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Elizabeth Pagano is the editor of the Austin Monitor.
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Planning Commission tree vote shocks developers
Thursday, October 13, 2011 by Elizabeth Pagano
The Planning Commission shocked the development community Tuesday night when they voted 5-4 to deny a variance that would allow the removal of a heritage tree for a proposed high rise at Third and Bowie downtown.
Attorney David Armbrust, who was not involved in the case but has worked on behalf of developers for the past 35 years, told In Fact Daily Wednesday that the case is “one of the most significant votes I’ve ever seen because if you apply that vote as a precedent citywide it’s going to have an incredible impact on properties all over the city —whether they’re redeveloping or greenfields or whatever. In essence it’s saying you can’t remove a heritage tree.”
Although it was clear the commission was having trouble making a decision before Tuesday night, commissioners’ rejection of a nearly $70,000 mitigation payment was obviously not something the Endeavor Real Estate Group had ever considered. The ordinance required only a $19,200 payment or 300 percent of the value of the tree.
“We really have no plans. This is not an outcome that we really spent any time on,” Jamil Alam, a principal with Endeavor Real Estate Group, told In Fact Daily. “The project is not economically viable with the plan that designs around the tree, so we’re just going to have to visit with the land owner and decide what the next steps are.”
The Planning Commission has the final say on the matter, according to code. The board would require new evidence in the case for reconsideration, and six votes to amend or rescind the ruling. The applicants cannot apply for the variance again for one year. They could consider going to court over the matter but it is not clear that they would have a good argument.
In the past, developers have taken their complaints about the City of Austin’s regulation to the Texas Legislature, which houses numerous members who are more than happy to file bills aimed at undercutting the city’s policies.
Earl Broussard, president of TGB Partners, presented a new mitigation plan of about $70,000. Developers proposed 200 inches of trees be planted, $20,000 dedicated to maintenance of heritage trees in the nearby Duncan Park, and $10,000 towards the hiring of two interns to identify heritage trees in the Central Business District.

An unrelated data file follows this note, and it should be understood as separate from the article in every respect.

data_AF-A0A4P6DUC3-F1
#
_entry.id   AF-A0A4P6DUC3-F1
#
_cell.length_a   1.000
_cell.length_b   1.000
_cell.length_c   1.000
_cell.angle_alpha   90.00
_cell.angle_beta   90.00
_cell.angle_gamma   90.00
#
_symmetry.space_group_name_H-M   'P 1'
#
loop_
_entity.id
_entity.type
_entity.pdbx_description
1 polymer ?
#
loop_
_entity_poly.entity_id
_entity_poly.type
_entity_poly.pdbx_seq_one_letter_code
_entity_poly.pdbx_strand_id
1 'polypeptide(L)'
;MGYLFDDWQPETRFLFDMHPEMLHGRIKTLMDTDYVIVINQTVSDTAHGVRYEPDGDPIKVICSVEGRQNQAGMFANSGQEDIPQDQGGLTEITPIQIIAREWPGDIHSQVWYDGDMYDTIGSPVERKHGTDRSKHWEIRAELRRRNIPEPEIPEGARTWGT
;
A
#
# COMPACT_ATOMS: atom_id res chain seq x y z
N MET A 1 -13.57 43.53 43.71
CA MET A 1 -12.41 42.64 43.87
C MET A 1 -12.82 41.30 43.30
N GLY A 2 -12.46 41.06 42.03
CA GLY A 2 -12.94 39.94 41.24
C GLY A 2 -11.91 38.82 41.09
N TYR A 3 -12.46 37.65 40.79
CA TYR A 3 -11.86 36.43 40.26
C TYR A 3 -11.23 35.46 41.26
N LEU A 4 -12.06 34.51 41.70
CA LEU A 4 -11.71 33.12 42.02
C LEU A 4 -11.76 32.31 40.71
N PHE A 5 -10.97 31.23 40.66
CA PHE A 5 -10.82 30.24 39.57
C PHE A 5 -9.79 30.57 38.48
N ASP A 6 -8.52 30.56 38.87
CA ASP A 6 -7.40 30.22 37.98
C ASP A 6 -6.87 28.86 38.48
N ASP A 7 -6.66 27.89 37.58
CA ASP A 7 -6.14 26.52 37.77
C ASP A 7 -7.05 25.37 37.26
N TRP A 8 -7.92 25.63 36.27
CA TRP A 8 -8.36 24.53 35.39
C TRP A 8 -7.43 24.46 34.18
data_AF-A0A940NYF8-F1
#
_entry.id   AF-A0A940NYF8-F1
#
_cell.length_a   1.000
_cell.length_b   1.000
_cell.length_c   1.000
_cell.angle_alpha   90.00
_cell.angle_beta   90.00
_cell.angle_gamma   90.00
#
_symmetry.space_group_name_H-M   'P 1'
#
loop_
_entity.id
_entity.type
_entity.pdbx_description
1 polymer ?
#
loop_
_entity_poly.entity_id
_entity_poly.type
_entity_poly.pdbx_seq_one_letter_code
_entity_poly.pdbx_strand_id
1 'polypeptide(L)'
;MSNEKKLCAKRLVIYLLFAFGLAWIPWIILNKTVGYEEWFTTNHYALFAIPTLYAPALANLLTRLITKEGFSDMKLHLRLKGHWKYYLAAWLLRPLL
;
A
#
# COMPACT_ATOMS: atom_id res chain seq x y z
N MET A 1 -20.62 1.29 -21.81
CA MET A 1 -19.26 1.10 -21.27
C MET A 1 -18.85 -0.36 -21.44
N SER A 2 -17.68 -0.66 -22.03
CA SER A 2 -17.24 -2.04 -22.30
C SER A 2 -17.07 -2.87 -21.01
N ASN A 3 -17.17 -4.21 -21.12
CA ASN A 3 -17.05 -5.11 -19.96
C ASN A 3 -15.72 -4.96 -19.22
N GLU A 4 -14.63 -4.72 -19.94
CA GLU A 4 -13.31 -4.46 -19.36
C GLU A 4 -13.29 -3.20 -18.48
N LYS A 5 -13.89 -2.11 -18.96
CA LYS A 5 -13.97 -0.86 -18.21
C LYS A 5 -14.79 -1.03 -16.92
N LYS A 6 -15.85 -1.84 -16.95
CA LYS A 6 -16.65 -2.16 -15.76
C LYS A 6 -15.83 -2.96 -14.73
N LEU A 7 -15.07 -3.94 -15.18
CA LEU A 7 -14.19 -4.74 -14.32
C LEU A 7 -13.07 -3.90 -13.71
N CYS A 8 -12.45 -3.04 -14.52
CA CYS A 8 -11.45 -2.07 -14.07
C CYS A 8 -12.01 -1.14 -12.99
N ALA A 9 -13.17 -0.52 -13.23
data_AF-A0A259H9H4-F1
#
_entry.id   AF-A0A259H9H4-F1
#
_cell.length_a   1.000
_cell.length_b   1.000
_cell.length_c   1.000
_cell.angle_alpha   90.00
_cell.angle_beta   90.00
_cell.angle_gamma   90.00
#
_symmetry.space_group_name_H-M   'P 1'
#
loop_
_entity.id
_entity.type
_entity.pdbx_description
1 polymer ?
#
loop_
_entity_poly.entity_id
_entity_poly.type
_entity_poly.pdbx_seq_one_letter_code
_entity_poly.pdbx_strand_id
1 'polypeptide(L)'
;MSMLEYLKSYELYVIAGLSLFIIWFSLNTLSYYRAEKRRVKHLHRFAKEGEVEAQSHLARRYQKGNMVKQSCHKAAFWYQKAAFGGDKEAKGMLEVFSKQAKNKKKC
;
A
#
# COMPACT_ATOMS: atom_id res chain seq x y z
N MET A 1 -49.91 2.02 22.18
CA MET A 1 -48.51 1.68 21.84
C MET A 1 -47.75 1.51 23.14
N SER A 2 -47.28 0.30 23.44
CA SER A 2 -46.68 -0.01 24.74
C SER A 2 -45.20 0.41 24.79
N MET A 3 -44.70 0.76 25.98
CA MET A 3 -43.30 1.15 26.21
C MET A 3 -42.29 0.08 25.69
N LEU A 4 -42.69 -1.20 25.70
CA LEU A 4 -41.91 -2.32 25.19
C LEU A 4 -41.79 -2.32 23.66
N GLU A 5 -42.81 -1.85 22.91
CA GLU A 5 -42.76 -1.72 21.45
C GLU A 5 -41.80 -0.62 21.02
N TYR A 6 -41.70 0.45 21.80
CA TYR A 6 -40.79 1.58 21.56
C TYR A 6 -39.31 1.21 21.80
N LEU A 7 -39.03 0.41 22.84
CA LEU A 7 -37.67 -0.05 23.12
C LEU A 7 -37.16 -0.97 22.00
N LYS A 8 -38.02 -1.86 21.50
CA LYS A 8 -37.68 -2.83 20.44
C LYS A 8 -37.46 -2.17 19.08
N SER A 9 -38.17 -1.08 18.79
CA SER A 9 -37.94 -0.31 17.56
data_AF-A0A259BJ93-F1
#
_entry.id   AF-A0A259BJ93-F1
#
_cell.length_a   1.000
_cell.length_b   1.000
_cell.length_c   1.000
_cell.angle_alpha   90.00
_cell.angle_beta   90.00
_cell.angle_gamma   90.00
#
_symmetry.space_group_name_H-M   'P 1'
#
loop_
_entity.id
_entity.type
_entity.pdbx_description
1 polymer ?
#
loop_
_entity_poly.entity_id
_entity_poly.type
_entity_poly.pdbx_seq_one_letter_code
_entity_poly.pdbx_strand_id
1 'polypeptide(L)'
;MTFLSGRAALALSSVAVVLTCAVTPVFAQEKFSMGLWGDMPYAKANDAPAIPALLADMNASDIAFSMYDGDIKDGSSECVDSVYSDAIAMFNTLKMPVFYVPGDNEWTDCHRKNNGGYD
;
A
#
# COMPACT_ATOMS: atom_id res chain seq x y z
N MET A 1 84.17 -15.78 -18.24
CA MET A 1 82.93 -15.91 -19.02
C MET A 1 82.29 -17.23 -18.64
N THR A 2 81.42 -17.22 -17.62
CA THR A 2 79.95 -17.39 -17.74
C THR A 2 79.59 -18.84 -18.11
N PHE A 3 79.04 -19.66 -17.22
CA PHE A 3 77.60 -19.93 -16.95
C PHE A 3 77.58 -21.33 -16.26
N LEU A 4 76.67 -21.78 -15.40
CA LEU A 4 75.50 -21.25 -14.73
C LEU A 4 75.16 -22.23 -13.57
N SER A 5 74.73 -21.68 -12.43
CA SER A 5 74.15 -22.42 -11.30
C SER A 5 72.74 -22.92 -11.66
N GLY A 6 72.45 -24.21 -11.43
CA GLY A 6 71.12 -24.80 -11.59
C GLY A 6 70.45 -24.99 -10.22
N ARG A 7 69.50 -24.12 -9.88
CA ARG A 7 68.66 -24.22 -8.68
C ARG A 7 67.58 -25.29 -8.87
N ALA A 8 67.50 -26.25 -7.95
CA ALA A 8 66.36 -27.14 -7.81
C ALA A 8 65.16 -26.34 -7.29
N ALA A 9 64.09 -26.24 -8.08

This was beside the point for Chair David Sullivan.
“My problem is that the way that the ordinance is written, I believe that there is a reasonable use if we turn down the variance. So I have to support the ordinance, because that is what I believe I have to do in order to follow the law. But I also think that we have to change the ordinance,” said Sullivan.
Currently, the Environmental Board is working on just that, having formed a subcommittee to examine the ordinance following their hearing of this case.
The Planning Commission was divided over the variance. Commissioners Dave Anderson, Richard Hatfield, Alfonso Hernandez, and Saundra Kirk voted in favor of the variance. Sullivan and Commissioners Danette Chimenti, Mandy Dealy, Jean Stevens, and Donna Tiemann voted against.
“You could get the variance approved if it prevented a reasonable use. My interpretation of that doesn’t mean one particular reasonable use. It means any reasonable use,” said Sullivan.
At the request of the board, developers presented alternate plans for the site which would spare the tree, and scale the height of the building back to 342.5 feet (from an originally proposed 385.5 feet) and reduce the number of units from 294 to 250.
Board of Adjustment Chair Jeff Jack, who was sitting on the commission in an ex officio capacity, was quick to point out that even the scaled-back plans were greater than what would have been granted without CURE zoning.
“The developer has reasonable use. He was going to make a much larger project because he was granted CURE. I think that when we grant CURE, or the SOS Exception ordinance, it doesn’t mean we have to give up the other ordinances that protect and define our community,” said Jack.
City Planner and Downtown Resident Jim Duncan, spoke against the variance, saying, “It is not unusual or unreal in this town for a building’s design to accommodate something that is important to the citizens of Austin, like heritage trees and capitol views. When we start ignoring that, we are in real trouble.”
Kirk saw a different trouble for the city, which she expounded upon before casting her vote.
“I think that we have a culture in Austin that is getting to the point where we are almost flippantly in a state of disregard towards development. Because we want what we want, and we have our values, and we want to align ourselves so that the development is the bad thing and what we want is the good thing,” said Kirk.
“A lot of the conversation has been that we want to encourage development and density downtown so that we can preserve our neighborhoods as much as possible, and these other precious areas of the city. And yet, we put attitude and restrictions on developments that appear to be very reasonable,” said Kirk.
Kirk went on to say that, while it was a wonderful tree, she was not convinced that it would survive even if the building plans accommodated it.
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